Wednesday, March 5, 2008


So my trip to Rwanda is the one leg of my journey where I won't be meeting with any CT franchise locations, becuase there aren't any here. But there is a CT connection, which I'll share in a moment.
My friend Jean and his wife met me at Kigali airport early Monday morning (March 3), but we didn't stay in Kigali. Jean and Janeen work in Rwamagana, about 40 minutes outside Kigali in a more rural settting. Jean is Rwandan, and is the Executive Director of ARDR, the Association Rwandaise pour le Developpment Rural, a local NGO which works to improve the lives of widows and orphans in rural areas, and Janeen is an accountant with another NGO working with HIV/AIDS programs in the country.
For those unfamiliar with Rwanda, it's a very small country in central Africa with a relatively high population. The population mostly speaks Kinyarwandan, but about half also speak French and maybe 1/3 speak English. It's a beautiful country, very green and lush, and is best known for it's mountain gorillas, and for the genocide you may have heard about which culminated in 1994 and resulted in the death of around a million people (the country's population today is 8.5 million). There is no one in Rwanda whose life was not affected, often traumatically so, by those problems (more on that later).

Nonetheless, I found the Rwandan people are moving forward in a remarkably positive way. Hundreds of aid organizations provide assistance in various forms to the country, and Jean's' ARDR was created after a Japanese NGO pulled out of Rwanda in 1999. The rural parts of Rwanda in particular are struggling more than the urban areas (Kigali), and there are many widows, orphans, and child-lead households as a result of the past problems. ARDR works with these groups in an association/cooperative format: members pay $2USD per year to join the association, and from that $2 they get health insurance for a year (including full retrovirals for HIV treatment, thanks to the Rwandan government), functional literacy training, agricultural traning and support (bannana and pineapples are plentiful here), and other support. I'm pleased to announce that Computer Troubleshooters will join ARDR as their first business member, and I've also joined as a personal member (we both paid more than $2 of course) and I'm looking forward to providing whatever support I can to assist in this very worth cause.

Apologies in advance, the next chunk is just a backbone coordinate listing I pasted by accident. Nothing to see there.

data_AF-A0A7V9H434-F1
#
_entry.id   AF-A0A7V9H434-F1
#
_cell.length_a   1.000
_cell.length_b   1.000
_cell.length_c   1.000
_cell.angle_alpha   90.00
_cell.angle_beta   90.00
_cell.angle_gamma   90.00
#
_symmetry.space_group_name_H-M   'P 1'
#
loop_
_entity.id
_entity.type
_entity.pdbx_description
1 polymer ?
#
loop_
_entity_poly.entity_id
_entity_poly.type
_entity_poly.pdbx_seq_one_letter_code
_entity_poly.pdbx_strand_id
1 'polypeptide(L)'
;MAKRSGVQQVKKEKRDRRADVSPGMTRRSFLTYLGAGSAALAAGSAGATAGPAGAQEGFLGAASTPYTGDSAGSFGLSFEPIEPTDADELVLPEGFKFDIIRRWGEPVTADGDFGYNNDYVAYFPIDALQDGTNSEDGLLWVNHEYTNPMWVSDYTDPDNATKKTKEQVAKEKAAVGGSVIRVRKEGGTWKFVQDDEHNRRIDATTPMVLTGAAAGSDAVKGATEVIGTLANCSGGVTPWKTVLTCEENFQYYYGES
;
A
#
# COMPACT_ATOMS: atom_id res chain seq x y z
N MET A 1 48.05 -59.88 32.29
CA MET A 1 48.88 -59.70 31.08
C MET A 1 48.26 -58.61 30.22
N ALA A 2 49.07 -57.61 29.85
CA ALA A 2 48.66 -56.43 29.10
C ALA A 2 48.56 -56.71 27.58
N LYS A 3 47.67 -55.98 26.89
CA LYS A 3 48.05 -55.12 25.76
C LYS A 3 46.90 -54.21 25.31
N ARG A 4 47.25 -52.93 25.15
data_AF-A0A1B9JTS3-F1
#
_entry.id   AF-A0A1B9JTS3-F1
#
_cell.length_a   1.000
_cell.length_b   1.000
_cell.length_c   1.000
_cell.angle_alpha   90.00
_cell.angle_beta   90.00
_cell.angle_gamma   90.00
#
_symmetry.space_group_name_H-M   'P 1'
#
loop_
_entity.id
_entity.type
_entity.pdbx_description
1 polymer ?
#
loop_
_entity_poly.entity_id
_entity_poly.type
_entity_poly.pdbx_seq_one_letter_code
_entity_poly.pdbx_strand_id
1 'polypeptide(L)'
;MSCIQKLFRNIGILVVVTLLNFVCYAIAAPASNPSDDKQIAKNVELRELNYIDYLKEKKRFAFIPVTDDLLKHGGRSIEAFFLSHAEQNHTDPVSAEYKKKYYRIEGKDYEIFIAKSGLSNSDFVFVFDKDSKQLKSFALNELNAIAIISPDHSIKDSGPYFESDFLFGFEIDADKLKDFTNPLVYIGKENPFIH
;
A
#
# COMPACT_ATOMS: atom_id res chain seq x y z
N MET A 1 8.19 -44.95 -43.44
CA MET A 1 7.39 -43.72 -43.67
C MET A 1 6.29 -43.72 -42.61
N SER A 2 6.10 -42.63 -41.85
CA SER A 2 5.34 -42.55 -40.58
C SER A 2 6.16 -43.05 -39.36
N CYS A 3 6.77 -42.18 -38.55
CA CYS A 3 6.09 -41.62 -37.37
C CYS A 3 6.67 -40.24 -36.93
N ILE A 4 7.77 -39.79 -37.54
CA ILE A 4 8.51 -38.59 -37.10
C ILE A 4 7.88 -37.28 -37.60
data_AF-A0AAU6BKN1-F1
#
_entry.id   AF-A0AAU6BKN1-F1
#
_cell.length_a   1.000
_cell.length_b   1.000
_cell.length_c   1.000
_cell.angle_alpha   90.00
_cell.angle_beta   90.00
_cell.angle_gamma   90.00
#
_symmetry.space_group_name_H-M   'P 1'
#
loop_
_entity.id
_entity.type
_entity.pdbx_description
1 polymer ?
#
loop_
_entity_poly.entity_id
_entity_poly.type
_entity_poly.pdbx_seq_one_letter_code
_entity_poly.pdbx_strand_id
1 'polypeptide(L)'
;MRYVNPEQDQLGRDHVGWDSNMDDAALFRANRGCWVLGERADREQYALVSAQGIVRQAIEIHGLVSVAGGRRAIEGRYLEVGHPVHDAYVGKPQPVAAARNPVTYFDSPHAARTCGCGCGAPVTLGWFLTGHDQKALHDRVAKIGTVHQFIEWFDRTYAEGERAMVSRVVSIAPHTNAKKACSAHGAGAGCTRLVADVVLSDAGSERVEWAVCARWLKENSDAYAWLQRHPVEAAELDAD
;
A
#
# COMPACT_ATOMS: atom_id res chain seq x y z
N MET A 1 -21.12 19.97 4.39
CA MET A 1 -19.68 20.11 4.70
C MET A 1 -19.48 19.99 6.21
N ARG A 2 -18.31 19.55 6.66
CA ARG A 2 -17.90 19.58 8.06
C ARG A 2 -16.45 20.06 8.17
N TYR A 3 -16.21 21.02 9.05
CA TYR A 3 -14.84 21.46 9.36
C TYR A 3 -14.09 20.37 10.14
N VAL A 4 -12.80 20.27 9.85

After a quick nap at my hotel (Hotel Dereva, in Rwamagana, which is a lovely place and I'll definitely stay there again, but it does make you appreciate some amenties other hotels have such as hot water, toilet seats, and no bed nets!), we toured some ARDR field operations. I met a woman who grows bannanas on a good sized plot of land (several acres). And we visited a group of women who were making crafts as another way to be self-sufficient. I wasn't expecting it, but they had prepared a reception for me including a presentation of some woven baskets & containers they make (which are quite extraordinary), and also some singing and dancing (in which I had to participate, but fortunately there are no photos of this). I did get some video of the girls dancing, so I'll post that eventually.

We also visited a kindergarten ARDR supports, where the children were learning to count by moving rocks on a bench:

That evening Jean and Janeen hosted a dinner at the ARDR offices, which included members of the Gideon's organization in Rwanda (which Jean recently became involved with), and the pastor of Jean's church (Jean and I originally met at my church in the US, while he was in the country part of last year). The food - everywhere in Rwanda actually but especially at this dinner since it was prepared by Janeen - was wonderful, the people were very friendly, and enjoyed the time thoroughly.

The next day we drove into Kigali and visited the Genocide memorial. This is something you have to see, but it's not for the faint of heart. It's hard to convey the feeling of what that time must have been like, with a significant portion of the population targeted for extinction by their friends and neighbors and even family members of the other tribe (Hutus vs Tutsi's). The images are painful, especially an exhibit which showed the photos of smiling children, and included facts like their favorite foods, their favorite songs, the games they played.... and the way they were killed (hacked by machete, grenade thrown in their room, etc), their last words or last images, etc. Very painful. More painful is the portion of the exhibit that shows in great detail how the international community knew what was happening and wouldn't respond. Again, very painful to see. The genocide touches every aspect of life in Rwanda today, but there is encouragement in how quickly the people have moved past the problems of the past and learned to work together to build a better life for themselves and their progeny. Rwanda is rapidly growing, and improving, and can teach all of us alot about forgiveness.

After a brief tour of downtown Kigali (including a failed attempt to use Kigali's first ATM machine), it was time to go. Jean dropped me off at Kigali airport that afternoon, and we said our goodbyes but I'm hopeful I'll be back again soon.

Me & Jean relaxing on the Hotel Dereva's patio

1 comment:

Steve said...

Dear Chip

Thank you for including the comments from the Kigali Memorial Centre - it was very much appreciated.

I noticed you are a Computer-related company - would you be able to help us ? Our computers are now old (the Centre has been open for 4 years) and we need new ones.